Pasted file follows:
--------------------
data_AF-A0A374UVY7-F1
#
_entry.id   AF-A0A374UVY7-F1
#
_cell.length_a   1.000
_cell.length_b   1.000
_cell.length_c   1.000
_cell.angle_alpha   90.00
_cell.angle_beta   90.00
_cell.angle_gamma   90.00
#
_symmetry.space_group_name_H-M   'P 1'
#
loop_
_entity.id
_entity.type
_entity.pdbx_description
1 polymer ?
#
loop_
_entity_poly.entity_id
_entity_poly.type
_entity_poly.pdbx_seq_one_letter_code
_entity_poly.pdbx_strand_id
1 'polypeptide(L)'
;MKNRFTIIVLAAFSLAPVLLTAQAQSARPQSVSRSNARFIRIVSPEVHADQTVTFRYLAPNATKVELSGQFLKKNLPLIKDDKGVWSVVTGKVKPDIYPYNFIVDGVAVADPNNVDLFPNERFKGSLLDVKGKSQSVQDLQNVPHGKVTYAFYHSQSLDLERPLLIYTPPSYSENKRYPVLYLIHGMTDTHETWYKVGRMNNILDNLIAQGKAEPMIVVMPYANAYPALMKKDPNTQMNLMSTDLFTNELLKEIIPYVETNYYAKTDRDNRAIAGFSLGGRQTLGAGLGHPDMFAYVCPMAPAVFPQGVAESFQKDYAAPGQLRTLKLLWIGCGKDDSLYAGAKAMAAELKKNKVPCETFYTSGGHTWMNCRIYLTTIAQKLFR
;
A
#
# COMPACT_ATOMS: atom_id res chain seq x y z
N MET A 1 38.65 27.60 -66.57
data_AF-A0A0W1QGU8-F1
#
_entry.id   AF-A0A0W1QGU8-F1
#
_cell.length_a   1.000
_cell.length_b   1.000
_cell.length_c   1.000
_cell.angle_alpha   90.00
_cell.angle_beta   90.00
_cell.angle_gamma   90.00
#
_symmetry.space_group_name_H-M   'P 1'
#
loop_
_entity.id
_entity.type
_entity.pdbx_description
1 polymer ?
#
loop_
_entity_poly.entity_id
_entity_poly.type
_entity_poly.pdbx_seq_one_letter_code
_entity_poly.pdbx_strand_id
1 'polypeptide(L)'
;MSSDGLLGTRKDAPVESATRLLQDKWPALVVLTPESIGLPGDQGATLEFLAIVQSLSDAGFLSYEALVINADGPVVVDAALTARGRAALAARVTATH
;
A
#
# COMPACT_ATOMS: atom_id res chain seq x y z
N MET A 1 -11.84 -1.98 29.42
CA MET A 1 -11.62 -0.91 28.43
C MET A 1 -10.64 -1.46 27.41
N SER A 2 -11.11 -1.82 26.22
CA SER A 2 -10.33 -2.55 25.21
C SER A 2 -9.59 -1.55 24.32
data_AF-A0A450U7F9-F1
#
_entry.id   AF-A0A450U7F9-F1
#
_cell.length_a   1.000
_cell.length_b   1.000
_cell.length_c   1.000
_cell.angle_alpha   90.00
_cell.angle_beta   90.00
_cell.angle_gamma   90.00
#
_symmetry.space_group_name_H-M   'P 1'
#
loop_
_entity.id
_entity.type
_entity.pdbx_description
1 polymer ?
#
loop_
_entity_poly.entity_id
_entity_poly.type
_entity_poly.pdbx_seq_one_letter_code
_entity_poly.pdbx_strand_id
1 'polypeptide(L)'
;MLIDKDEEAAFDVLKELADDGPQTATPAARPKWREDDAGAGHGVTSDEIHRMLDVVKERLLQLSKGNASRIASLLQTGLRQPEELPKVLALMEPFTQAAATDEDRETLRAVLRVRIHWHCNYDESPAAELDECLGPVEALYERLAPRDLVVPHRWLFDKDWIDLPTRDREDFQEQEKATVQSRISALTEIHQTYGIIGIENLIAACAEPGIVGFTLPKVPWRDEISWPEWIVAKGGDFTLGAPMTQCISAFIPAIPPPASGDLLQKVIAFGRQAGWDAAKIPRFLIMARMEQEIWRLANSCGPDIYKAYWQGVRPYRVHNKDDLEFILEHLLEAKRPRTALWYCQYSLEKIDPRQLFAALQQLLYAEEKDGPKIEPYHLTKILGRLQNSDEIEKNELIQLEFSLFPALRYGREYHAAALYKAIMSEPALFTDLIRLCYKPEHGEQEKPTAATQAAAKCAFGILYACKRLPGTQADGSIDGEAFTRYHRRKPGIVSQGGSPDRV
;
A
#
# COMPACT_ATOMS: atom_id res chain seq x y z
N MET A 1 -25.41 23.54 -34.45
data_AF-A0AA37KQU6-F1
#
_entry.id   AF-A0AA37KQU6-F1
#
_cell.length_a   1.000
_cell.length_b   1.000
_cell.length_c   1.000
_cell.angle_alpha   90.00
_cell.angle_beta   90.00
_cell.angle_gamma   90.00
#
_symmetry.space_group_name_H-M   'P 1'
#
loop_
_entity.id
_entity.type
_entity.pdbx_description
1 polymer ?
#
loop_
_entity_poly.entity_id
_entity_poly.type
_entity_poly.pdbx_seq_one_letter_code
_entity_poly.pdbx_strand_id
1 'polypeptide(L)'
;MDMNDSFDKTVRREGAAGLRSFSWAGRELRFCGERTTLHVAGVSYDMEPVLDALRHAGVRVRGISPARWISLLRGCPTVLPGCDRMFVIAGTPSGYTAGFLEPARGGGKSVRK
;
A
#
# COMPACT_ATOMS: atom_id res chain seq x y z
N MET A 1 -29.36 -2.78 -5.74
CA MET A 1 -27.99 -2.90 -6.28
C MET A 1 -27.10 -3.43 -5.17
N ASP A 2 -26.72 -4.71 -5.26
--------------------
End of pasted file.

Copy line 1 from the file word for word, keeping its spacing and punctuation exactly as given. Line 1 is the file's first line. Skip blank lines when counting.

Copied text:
data_AF-A0A374UVY7-F1